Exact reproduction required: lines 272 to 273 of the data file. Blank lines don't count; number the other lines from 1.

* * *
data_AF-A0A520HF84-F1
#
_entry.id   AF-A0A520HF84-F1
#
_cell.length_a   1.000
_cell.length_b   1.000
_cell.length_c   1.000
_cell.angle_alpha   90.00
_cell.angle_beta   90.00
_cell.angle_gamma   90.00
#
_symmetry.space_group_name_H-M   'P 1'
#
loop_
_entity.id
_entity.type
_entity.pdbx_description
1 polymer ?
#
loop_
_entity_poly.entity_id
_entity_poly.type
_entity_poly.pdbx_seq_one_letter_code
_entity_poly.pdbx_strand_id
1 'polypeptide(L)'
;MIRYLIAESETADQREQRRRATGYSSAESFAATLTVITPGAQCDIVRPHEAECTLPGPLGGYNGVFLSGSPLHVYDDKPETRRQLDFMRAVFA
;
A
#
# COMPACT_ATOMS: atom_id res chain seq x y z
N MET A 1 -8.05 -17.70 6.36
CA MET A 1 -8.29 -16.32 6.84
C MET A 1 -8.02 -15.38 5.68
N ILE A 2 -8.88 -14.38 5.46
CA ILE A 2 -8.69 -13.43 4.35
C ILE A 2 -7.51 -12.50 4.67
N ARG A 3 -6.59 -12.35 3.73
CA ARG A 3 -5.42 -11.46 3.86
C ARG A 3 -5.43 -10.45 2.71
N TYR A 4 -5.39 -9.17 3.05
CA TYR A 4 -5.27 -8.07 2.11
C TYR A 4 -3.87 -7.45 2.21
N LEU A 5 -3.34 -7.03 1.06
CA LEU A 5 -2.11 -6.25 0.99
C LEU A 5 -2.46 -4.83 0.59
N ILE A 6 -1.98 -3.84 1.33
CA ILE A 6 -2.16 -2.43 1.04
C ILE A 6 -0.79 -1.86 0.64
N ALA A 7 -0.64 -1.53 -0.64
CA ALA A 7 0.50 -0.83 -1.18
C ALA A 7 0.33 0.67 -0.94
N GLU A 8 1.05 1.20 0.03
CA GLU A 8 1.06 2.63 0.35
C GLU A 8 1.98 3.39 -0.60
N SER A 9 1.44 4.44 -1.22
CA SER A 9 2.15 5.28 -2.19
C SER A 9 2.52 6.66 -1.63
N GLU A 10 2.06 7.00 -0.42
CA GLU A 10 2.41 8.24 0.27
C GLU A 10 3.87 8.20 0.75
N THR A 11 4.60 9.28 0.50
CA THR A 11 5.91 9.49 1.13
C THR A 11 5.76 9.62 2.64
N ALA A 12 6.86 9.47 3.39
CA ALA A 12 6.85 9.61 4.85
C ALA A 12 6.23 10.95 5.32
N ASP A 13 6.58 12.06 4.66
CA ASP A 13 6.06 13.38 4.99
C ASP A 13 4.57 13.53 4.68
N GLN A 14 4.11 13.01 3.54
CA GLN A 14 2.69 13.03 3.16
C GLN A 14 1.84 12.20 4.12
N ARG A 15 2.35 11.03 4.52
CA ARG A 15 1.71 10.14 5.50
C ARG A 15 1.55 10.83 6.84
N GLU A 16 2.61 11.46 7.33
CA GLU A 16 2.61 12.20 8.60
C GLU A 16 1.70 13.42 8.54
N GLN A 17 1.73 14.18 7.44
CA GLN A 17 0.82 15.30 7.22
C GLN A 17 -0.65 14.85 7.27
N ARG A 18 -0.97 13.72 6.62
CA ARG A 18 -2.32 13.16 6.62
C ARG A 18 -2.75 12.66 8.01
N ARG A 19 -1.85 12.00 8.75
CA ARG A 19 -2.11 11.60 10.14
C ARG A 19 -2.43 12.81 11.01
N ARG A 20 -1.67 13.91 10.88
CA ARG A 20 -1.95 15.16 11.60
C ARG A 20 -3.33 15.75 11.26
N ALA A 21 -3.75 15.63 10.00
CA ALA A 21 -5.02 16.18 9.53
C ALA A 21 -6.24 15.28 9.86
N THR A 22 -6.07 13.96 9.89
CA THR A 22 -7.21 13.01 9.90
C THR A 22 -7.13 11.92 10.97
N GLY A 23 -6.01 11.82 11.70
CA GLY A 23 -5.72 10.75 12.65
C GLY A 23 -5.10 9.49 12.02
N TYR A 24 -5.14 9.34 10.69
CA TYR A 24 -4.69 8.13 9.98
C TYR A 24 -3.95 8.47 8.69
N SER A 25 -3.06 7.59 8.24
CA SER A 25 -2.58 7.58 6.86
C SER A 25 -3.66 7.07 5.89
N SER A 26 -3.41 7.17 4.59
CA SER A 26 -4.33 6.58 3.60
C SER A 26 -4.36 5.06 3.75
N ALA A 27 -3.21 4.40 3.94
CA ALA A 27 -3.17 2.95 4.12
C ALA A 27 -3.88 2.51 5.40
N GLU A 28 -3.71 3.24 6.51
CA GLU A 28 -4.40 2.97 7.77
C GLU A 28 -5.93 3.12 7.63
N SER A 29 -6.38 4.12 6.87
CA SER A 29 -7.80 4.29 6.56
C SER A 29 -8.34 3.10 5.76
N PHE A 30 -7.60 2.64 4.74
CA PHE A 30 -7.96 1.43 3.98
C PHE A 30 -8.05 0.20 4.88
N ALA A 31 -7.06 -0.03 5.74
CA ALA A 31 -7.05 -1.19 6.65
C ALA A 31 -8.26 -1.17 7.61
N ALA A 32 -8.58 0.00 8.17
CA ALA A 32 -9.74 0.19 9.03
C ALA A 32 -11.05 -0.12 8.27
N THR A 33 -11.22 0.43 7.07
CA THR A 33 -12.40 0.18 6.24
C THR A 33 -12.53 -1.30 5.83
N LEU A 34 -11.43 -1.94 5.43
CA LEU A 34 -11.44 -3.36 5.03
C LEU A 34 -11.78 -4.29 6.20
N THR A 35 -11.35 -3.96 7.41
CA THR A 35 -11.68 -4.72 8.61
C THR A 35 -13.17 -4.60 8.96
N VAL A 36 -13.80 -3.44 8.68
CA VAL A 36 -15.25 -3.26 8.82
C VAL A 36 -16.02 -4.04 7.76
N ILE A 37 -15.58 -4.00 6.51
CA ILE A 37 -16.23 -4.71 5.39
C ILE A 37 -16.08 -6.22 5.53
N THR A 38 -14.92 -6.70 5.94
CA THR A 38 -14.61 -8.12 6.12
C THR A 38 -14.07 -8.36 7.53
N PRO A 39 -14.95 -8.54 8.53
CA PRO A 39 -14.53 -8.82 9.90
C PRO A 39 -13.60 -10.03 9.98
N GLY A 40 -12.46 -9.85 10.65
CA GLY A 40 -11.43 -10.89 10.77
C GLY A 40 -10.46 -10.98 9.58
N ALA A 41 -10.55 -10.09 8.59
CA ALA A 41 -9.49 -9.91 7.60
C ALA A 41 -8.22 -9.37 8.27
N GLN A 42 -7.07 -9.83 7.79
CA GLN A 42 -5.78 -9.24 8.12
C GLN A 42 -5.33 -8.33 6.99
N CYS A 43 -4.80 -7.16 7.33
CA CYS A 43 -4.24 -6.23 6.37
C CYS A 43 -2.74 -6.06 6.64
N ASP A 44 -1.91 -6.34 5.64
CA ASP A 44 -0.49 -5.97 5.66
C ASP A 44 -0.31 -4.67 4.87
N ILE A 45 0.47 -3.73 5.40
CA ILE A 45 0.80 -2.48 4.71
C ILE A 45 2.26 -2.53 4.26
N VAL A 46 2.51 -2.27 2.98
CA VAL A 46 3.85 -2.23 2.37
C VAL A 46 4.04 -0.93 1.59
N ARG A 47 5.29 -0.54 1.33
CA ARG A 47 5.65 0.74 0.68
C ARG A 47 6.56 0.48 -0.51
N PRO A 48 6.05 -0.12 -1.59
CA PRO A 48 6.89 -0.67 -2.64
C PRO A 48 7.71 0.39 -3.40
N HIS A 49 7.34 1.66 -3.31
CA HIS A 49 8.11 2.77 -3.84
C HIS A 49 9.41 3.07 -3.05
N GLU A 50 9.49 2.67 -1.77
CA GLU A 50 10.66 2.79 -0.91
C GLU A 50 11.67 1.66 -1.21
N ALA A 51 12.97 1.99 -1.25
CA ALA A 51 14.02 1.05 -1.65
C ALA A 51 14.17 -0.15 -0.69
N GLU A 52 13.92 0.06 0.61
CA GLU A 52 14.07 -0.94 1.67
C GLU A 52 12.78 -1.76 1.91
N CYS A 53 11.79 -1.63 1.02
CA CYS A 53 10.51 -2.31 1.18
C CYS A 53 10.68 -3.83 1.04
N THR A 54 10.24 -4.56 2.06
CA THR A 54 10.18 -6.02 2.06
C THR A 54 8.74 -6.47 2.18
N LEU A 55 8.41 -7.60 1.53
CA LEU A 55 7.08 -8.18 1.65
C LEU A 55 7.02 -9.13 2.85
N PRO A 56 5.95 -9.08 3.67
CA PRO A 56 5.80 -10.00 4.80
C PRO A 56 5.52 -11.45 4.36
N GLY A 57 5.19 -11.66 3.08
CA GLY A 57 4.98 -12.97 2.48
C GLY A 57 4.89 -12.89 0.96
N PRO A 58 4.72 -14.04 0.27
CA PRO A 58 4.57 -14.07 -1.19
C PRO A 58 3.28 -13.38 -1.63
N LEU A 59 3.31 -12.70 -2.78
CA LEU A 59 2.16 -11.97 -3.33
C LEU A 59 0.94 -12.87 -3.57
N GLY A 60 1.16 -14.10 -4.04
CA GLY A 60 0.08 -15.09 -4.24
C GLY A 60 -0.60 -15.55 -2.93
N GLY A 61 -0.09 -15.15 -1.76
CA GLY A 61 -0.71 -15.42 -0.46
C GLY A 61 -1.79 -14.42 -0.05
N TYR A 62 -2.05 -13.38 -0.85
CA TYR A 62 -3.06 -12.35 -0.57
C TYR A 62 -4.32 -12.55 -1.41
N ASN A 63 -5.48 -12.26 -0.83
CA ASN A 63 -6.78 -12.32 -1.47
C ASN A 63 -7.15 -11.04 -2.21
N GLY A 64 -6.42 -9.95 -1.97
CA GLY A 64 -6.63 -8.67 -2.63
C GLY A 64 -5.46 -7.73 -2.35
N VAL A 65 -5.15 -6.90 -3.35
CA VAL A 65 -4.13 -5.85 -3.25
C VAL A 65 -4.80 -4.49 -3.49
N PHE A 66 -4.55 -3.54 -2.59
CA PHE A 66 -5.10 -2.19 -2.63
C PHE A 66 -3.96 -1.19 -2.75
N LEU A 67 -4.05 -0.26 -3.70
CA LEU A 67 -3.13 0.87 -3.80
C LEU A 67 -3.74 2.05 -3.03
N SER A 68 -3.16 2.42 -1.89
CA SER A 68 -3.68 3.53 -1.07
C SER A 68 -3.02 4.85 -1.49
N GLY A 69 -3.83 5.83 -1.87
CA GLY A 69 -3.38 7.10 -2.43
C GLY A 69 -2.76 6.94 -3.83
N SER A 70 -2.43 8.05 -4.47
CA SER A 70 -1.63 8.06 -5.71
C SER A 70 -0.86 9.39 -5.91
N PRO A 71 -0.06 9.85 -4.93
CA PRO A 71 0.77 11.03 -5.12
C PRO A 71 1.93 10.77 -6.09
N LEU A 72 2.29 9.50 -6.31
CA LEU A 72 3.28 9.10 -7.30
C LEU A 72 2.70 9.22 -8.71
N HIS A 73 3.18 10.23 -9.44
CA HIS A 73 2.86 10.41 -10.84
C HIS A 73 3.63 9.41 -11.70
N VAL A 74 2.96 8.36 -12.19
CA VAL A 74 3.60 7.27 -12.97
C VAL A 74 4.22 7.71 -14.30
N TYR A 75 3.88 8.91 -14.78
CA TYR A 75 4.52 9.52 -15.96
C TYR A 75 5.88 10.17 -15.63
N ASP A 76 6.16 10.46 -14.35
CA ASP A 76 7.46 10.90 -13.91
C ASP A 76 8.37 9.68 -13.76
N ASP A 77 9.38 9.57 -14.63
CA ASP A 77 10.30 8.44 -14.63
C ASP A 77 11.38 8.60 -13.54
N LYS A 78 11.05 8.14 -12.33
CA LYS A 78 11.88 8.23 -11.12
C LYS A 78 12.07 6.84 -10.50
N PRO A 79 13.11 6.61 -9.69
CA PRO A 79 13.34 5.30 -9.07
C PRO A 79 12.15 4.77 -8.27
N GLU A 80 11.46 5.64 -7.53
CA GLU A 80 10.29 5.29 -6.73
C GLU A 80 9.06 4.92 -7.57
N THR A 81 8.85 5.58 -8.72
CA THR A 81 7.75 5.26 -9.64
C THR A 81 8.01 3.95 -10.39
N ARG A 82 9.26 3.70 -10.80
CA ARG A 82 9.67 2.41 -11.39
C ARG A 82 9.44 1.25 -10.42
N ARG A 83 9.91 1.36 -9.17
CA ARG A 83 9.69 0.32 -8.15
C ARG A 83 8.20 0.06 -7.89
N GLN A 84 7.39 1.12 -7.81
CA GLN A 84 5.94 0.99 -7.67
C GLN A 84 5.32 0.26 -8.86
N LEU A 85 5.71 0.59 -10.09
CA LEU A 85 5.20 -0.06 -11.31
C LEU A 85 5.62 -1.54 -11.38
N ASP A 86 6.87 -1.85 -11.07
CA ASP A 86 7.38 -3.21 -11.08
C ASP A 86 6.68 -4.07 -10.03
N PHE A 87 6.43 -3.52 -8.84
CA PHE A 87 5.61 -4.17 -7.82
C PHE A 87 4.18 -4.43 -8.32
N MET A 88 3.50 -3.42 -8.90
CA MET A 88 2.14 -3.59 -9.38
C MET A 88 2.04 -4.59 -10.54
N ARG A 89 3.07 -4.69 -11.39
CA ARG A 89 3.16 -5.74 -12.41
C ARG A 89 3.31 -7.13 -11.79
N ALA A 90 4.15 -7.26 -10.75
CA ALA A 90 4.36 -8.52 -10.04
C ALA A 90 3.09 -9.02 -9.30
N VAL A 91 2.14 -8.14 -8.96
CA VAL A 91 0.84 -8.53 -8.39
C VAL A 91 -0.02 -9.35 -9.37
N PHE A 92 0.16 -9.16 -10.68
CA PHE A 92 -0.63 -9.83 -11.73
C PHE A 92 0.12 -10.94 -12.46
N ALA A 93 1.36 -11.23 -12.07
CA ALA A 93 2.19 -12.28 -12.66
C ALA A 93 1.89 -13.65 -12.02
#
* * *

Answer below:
CA THR A 81 7.75 5.26 -9.64
C THR A 81 8.01 3.95 -10.39